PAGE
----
Jytte Borberg

1917 - 2007


Jytte Borberg was born in Switzerland. Her father was a dentist. When she made her debut as a writer late in 1968 with the publication of the Modernist short story collection Vindebroen, she had trained as a laboratory assistant, had three grown-up children, and had been married for twenty-nine years to senior psychiatrist Allan Boberg in Viborg.

Throughout the 1970s, she reconciled inspiration from the women’s movement, cf. Turné (N), 1974, with her own definition of freedom associated with eccentricity, insanity, and art. Her novel Orange, 1972, is a grotesque story of emancipation, and the subject of insanity is central to Sjælen er gul (N), 1989, and Slaraffenland (N), 1982. She achieved public success with Eline Bessers læretid, 1976, and Det bedste og det værste. Eline Besser til det sidste, 1977, about the servant girl Eline’s life as a poultry farmer.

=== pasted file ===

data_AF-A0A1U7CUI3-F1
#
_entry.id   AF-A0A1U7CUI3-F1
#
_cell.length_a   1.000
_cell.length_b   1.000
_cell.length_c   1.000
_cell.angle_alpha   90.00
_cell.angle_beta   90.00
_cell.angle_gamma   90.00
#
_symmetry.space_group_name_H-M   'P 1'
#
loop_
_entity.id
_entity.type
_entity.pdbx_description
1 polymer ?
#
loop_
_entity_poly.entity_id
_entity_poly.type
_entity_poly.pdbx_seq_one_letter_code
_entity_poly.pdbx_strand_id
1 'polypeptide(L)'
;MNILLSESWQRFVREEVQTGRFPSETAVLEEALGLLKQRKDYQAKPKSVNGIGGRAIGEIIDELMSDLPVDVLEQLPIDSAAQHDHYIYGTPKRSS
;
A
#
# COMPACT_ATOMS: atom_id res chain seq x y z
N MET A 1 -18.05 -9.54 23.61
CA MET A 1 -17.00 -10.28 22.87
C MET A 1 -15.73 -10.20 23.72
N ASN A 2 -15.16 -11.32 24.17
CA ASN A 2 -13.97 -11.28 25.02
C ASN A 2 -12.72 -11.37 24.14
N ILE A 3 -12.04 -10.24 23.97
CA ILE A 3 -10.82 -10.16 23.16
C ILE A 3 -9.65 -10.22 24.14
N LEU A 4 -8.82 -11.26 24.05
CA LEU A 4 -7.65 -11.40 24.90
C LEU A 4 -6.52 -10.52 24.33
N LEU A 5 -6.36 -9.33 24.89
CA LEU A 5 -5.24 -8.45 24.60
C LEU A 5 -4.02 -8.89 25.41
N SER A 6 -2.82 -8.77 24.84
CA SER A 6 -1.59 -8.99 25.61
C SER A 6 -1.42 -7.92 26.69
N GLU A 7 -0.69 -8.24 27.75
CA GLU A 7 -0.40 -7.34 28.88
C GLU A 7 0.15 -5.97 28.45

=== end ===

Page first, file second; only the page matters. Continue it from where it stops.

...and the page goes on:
Tvivlsomme erindringer, 1990, is a surrealistic account of a woman’s life in which time, space, body, and senses are mingled to form a kind of collage. The landscape of western Jutland is the backdrop for Novemberløgne (N), 1985, and her historical novel Løslad kaptajnen, 1992. Her exotic desert-island story Verdens ende, 1996, won her the Danish Publisher Association’s critics’ award. Jytte Boberg also wrote radio and theatre plays.

Additions by the editorial team 2011:

The above biography was first published in 1998. Since then, Jytte Borberg has written the novels Himmelsengen, 1999, Kunne I mærke, da I blev små? (Letlæst for voksne), 2000, Det er tilladt at smile, 2001, Alle steder og ingen steder, 2003, Fantomsmerter, 2005 and Skråskrift, 2007.

Articles about her